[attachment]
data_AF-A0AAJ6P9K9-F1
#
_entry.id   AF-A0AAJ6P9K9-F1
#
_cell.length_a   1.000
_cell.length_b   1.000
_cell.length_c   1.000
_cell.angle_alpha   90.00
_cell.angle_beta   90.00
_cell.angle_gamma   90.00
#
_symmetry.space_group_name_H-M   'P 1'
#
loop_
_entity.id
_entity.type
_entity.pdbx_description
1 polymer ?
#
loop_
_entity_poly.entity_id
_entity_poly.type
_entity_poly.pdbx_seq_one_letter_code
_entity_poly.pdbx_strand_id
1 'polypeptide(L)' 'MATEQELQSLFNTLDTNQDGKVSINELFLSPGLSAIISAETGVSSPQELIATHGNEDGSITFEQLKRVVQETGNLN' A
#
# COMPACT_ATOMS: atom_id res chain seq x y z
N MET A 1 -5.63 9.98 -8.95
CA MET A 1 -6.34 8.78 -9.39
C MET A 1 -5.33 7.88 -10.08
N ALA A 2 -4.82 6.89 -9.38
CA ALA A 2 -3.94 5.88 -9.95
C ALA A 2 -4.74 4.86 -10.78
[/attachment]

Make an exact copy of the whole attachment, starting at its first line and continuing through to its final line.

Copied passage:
data_AF-A0AAJ6P9K9-F1
#
_entry.id   AF-A0AAJ6P9K9-F1
#
_cell.length_a   1.000
_cell.length_b   1.000
_cell.length_c   1.000
_cell.angle_alpha   90.00
_cell.angle_beta   90.00
_cell.angle_gamma   90.00
#
_symmetry.space_group_name_H-M   'P 1'
#
loop_
_entity.id
_entity.type
_entity.pdbx_description
1 polymer ?
#
loop_
_entity_poly.entity_id
_entity_poly.type
_entity_poly.pdbx_seq_one_letter_code
_entity_poly.pdbx_strand_id
1 'polypeptide(L)' 'MATEQELQSLFNTLDTNQDGKVSINELFLSPGLSAIISAETGVSSPQELIATHGNEDGSITFEQLKRVVQETGNLN' A
#
# COMPACT_ATOMS: atom_id res chain seq x y z
N MET A 1 -5.63 9.98 -8.95
CA MET A 1 -6.34 8.78 -9.39
C MET A 1 -5.33 7.88 -10.08
N ALA A 2 -4.82 6.89 -9.38
CA ALA A 2 -3.94 5.88 -9.95
C ALA A 2 -4.74 4.86 -10.78